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Thriving on neglect: Houseplants and Medical School

April 20, 2015

A physician once told me that to survive residency, you have to be more of a weed than an orchid. She explained that you have to be able to thrive on neglect, with little sunshine…

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… being trampled on…

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…and with a lot of patience (which in my case comes from my loved ones who let you practice administering tests to them).MS3-3

So when I came home after two weeks working on labor and delivery to find that my under-watered-forgot-to-open-the-shades house plants were thriving, I felt pretty good about the weediness of my life and environment. In fact, I felt like the asparagus fern that shot up a sprout almost 3 feet tall in that short time was in fact trying to cheer me on. Have a look for yourself!

 

You could maybe also argue that the pile of laundry grew as much as the fern…

Spring Seedlings

March 29, 2015

Grisha has been busy, so the vegetable garden has fallen to my shoulders. I labeled a lot of paper towel rolls, with little insight into how illegible they would become after multiple waterings. That guarantees either an adventure or a disaster this year.

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I also started some sunflower seeds indoors. Last year, about 4 out of 30 clematis seedlings sprouted. Taking this into account, I started 90 sunflower seeds. All of them have sprouted. Do we dare plant them all outside?

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 We started with 10 allium bulbs last year. This year 19 sprouted!

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You might have guessed that my phone is filled with pictures of Oliver. You might not have guessed that it is also filled with pictures of moss. Some of the highlights are below, from left to right: moss in Asheville, moss on a stick and moss in the Open Eye parking lot. You are encouraged to take pictures of moss and send them to me because they always make me smile.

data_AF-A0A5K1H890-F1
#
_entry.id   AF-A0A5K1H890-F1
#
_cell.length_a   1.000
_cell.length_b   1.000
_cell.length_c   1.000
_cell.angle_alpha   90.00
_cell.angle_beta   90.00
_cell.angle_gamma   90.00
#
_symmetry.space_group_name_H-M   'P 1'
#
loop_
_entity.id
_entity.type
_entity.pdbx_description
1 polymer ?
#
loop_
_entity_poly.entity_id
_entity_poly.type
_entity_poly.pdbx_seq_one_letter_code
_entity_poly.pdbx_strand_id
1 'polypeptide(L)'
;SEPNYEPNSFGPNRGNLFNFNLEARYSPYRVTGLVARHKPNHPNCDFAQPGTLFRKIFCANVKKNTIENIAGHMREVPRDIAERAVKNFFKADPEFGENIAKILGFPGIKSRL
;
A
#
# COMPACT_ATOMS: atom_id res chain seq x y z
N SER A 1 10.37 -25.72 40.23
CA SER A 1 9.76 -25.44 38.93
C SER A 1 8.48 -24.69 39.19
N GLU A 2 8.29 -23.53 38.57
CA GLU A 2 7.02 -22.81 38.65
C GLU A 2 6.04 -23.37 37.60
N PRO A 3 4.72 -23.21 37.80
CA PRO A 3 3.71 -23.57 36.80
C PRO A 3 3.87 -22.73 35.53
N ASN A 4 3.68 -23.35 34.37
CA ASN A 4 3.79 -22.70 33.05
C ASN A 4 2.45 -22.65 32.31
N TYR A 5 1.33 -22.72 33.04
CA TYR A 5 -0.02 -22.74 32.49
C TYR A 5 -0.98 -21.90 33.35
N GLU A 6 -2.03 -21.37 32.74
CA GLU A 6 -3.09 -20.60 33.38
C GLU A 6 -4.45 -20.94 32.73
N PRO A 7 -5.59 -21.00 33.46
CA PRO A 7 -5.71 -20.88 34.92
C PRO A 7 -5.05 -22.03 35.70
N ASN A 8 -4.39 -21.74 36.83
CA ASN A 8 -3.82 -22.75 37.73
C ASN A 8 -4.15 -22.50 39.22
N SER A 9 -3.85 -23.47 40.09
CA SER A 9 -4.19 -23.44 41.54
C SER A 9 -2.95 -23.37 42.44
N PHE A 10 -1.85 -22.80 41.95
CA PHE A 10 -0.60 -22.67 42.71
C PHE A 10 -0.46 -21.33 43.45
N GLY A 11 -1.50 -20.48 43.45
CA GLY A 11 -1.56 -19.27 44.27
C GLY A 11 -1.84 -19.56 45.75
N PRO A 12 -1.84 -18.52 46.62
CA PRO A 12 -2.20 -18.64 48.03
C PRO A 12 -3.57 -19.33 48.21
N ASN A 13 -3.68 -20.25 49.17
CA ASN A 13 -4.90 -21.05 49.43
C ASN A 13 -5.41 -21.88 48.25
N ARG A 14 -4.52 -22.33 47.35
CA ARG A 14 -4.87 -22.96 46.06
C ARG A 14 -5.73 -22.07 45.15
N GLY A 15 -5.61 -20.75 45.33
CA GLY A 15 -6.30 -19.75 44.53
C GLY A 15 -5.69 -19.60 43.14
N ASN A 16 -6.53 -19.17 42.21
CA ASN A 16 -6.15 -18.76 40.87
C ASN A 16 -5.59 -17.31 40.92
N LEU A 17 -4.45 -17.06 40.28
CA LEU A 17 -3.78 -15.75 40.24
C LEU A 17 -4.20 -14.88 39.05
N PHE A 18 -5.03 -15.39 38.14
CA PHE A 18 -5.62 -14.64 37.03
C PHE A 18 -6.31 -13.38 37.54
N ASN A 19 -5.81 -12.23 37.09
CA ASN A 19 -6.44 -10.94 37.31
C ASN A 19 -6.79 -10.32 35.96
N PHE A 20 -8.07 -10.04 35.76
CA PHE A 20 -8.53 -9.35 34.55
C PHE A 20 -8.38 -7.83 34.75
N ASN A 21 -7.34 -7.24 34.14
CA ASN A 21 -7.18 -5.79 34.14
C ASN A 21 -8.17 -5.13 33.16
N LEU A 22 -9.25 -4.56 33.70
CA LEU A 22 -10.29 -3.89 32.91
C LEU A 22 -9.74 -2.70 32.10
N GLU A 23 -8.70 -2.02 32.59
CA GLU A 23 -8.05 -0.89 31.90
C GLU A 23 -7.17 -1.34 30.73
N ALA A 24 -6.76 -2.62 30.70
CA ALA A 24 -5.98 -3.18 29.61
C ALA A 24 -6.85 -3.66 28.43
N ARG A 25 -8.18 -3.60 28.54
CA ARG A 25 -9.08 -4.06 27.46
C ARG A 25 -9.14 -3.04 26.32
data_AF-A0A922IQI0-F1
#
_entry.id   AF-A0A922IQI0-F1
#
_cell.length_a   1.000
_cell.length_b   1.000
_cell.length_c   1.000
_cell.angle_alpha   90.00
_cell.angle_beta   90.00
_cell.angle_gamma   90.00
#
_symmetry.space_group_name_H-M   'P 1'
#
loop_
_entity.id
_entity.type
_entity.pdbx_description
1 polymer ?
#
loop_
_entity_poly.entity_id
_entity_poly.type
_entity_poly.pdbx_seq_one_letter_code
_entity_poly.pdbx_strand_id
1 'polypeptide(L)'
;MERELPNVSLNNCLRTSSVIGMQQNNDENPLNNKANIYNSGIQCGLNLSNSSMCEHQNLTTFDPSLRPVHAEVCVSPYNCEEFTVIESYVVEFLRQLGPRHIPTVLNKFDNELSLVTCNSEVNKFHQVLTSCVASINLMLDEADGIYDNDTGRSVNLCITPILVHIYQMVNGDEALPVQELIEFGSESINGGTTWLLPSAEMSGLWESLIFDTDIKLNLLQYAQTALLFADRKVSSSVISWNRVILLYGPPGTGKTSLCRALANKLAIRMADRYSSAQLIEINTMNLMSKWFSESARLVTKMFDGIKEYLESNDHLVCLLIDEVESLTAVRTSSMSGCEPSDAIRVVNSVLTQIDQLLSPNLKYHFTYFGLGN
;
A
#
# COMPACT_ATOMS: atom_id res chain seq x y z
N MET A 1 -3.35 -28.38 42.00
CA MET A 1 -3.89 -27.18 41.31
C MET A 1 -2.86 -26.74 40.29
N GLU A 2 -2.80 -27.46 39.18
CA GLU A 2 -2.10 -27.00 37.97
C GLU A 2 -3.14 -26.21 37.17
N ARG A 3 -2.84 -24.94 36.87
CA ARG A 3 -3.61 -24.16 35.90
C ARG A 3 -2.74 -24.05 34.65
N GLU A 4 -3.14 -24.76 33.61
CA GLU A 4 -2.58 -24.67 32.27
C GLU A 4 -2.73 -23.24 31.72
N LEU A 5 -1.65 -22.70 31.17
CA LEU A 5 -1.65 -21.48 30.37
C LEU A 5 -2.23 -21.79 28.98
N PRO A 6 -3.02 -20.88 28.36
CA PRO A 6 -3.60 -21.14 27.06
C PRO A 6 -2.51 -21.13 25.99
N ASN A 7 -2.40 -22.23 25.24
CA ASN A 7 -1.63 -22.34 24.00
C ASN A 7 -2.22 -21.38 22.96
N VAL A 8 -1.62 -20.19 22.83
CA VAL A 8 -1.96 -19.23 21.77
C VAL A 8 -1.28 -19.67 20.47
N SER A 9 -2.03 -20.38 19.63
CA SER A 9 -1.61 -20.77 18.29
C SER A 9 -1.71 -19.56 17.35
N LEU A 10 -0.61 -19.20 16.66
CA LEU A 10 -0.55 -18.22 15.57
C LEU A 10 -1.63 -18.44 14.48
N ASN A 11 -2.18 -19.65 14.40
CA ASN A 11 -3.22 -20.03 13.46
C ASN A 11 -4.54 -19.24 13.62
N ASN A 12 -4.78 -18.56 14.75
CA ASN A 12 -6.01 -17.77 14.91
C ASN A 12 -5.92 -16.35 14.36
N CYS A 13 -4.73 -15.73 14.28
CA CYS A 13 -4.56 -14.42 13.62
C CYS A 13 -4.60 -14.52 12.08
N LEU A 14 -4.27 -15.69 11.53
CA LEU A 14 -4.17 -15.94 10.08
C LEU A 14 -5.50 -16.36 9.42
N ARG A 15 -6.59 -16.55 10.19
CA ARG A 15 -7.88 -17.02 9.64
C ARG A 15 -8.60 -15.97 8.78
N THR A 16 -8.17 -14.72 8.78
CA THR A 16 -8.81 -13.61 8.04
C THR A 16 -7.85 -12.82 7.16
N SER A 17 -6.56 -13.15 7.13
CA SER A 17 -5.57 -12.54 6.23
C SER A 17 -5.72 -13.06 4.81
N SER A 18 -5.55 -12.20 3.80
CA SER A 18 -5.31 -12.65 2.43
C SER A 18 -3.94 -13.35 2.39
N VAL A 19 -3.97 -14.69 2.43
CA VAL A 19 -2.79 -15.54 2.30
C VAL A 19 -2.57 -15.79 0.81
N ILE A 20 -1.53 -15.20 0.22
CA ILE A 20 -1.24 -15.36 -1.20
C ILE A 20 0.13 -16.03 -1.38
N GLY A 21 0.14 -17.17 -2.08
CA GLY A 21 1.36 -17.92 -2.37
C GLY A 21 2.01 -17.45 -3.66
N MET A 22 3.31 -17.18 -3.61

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I went to 5th Season to ask them why I can’t keep a certain fern alive despite over-watering it and then under-watering it and then showering with it for several weeks. Where do you think I went wrong? After hearing their thoughts and advice, I bought a bag of dried moss. I planted it alongside the fittonia that Oliver knocked over a few months ago which has been less-than-thriving since.

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Now is the time to get in your bets about whether this moss terrarium will survive given my green thumb history outlined above.

Unfinished Projects

March 16, 2015

I wanted to share some projects I have not exactly finished yet or that didn’t pan out as planned and never made it past beta testing. I apologize in advance for how many words are below.

“Paper isn’t leather” Inspired by this leather and canvas bind storing screen printed scarves in the SCAD store, I tried to make a similarly mixed-media bin with brown paper bags and linen. We still have it as a home-base for our stapler, but not surprisingly, it’s about as durable as a soggy paper airplane and probably won’t last one humid Carolina summer.